Studies suggest that art can help:


  • Reduce stress
  • Reduce depression
  • Minimize symptoms associated with post-traumatic stress disorder 
  • Reduced anxiety


How does relaxation positively affect us?

Learning relaxation is an important tool for reducing stress and coping with life’s challenges. 


When we take time to relax we are not only helping ourselves feel better, we are changing the physiology of our bodies. It is one of many instances that the link between our bodies and mind is undeniable. These techniques can help with long-term stress or stress related to various health problems, such as heart disease and pain.


Whether you are in an acute crisis or just need to relax as an antidote for day-to-day stress, practicing relaxation techniques can benefit you.


Best of all, most of these techniques are free or low cost. 

Mental benefits of relaxing

  • Improved focus and mood
  • Improved sleep quality
  • Lowering fatigue
  • Reduced anger and frustration
  • Boosted confidence to handle problems
  • Reduced depression
  • Reduced stress

Physical benefits of relaxing

  • Slowed heart rate
  • Lowered blood pressure
  • Slowed breathing rate
  • Improved digestion
  • Controlled blood sugar levels
  • Reduced activity of stress hormones
  • Increased blood flow to major muscles
  • Reduced muscle tension and chronic pain

How often do I need to relax?

There is no simple answer to this question. How much you need to relax is dependent on the situation you are in. 


If you are experiencing high external stressors such as grief, financial or job worries, or health problems, you may want to carve time to relax more often and/or for longer periods.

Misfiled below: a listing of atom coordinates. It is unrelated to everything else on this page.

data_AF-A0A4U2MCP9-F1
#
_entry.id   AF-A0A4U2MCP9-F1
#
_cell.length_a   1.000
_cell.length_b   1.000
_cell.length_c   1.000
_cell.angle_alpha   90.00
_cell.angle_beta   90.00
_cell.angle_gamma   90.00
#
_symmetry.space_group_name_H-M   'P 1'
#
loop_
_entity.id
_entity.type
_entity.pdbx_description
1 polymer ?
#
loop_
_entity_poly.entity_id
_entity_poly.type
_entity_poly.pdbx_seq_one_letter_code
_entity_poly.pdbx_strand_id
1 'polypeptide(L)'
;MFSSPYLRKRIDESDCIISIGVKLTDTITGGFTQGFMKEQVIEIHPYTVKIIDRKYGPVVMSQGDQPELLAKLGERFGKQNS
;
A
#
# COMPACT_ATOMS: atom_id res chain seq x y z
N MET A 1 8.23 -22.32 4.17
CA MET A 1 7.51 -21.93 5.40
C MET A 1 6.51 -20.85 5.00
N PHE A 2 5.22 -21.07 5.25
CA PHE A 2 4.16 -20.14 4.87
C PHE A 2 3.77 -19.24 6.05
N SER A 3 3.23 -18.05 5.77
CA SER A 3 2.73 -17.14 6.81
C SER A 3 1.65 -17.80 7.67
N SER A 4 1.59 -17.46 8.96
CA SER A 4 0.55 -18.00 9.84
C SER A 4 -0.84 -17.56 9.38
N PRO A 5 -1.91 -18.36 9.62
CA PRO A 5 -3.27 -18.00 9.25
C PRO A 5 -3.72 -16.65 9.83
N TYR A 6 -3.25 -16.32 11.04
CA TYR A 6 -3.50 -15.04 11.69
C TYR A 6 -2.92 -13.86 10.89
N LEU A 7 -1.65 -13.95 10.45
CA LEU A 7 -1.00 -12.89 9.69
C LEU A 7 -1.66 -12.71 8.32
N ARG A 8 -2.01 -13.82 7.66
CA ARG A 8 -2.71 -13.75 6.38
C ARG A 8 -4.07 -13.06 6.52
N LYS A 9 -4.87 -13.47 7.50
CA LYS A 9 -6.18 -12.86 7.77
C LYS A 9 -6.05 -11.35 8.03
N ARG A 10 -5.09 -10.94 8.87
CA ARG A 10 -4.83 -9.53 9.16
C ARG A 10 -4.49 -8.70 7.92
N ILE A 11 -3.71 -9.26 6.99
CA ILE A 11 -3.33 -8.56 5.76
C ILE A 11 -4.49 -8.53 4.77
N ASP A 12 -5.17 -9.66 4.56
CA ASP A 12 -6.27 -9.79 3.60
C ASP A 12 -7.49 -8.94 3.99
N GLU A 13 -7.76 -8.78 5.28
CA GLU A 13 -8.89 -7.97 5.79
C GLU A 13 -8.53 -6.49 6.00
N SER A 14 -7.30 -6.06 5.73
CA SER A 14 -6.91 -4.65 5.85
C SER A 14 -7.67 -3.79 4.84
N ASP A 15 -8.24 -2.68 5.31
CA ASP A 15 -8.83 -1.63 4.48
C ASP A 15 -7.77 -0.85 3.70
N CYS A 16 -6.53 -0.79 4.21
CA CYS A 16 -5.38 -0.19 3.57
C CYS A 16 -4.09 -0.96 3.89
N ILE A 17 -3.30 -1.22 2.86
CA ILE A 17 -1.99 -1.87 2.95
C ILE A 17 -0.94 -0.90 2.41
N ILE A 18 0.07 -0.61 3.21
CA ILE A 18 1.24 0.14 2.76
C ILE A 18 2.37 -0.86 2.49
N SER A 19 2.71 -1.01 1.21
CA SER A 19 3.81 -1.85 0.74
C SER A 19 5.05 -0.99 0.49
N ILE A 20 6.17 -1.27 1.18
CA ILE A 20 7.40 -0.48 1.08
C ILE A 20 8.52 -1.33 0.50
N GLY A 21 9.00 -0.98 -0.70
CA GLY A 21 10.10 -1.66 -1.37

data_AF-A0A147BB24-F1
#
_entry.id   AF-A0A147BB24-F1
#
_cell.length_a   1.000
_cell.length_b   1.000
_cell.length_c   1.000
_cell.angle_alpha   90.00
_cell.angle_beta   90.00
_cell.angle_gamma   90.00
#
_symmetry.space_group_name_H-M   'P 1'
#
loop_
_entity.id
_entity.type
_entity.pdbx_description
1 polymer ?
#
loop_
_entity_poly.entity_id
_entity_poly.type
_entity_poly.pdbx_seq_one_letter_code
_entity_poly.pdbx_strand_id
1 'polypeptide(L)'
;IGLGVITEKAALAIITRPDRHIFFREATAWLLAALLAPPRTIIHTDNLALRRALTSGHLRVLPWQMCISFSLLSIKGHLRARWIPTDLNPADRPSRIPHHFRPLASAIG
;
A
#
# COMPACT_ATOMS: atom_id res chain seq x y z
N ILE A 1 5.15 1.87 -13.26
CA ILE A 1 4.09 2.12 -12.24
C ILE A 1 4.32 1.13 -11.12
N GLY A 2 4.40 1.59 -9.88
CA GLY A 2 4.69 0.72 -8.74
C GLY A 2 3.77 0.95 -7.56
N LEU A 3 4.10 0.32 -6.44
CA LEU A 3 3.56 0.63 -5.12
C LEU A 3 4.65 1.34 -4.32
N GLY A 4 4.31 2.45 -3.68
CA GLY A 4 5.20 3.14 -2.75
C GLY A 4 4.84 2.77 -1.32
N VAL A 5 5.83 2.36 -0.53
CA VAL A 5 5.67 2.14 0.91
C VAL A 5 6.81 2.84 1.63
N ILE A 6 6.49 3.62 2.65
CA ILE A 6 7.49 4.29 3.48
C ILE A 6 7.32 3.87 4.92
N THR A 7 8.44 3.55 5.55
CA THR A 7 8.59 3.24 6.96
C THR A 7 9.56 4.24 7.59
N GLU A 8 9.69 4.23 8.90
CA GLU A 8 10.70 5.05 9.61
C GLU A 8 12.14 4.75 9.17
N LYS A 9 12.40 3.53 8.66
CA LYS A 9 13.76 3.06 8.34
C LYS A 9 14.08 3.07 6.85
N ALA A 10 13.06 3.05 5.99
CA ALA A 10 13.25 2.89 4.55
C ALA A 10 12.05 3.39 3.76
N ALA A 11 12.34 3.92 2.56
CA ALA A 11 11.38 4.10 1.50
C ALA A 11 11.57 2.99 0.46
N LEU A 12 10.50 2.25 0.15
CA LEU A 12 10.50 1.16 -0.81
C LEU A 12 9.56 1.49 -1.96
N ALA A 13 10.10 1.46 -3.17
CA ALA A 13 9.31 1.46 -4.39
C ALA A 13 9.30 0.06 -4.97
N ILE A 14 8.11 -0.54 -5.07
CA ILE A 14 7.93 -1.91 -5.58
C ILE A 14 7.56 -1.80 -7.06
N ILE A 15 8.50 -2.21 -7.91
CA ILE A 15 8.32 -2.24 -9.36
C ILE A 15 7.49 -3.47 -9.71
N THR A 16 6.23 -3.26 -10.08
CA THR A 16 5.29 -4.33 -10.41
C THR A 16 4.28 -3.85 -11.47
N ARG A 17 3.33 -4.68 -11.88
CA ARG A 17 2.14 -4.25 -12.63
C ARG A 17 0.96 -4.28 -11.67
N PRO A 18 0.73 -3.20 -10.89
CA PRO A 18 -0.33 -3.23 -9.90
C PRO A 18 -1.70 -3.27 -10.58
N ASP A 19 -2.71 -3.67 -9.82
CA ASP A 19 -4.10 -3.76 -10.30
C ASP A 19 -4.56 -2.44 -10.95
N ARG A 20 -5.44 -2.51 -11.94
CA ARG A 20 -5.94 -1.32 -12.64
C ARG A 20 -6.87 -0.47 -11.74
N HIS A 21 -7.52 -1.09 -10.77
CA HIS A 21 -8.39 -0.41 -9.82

If you are feeling pretty good in your life you may find that you need to use relaxation techniques less frequently and for shorter segments.


As a rule of thumb, Harvard recommends taking 20 minutes per day to relax

Can all people use relaxation techniques?

People of all ages and backgrounds can practice relaxation techniques. Relaxation techniques are being taught in different types of institutions to many types of people.


  • Schools
  • Colleges
  • Prisons
  • Senior living facilities
  • Medical centers
  • Fitness clubs and gyms


Which relaxation technique should I choose?


You should choose the relaxation technique that you are most likely to do regularly and that you will most enjoy. 


It is recommended to try a few different methods to see which one (or few) is the best fit for you.


How to get started relaxing


Now that you have read this article about the best relaxation techniques you have a wealth of ideas to explore to help you decompress, unwind, and reduce your stress levels. 


Remember, the longer and the more often you practice these relaxation techniques, the greater the benefits are and the more you can reduce stress.


At Paseo Club, we believe in supporting our members’ whole health — physical and mental. We offer a range of resources for fitness, swimming, court games, yoga, and socialization. 


So whether you come in to relax at Paseo Club or choose to go outside for a walk, make sure you carve out time to take care of yourself by resting and recharging.


If you would like to learn more about supporting your mental health, read this how-to article. 


Want to branch out and try yoga for the first time? Sign up for a class today!

Do you need childcare while you are in a class? We offer Kids Club for children ages three months through 12 years. Learn more about why children love Kids Club.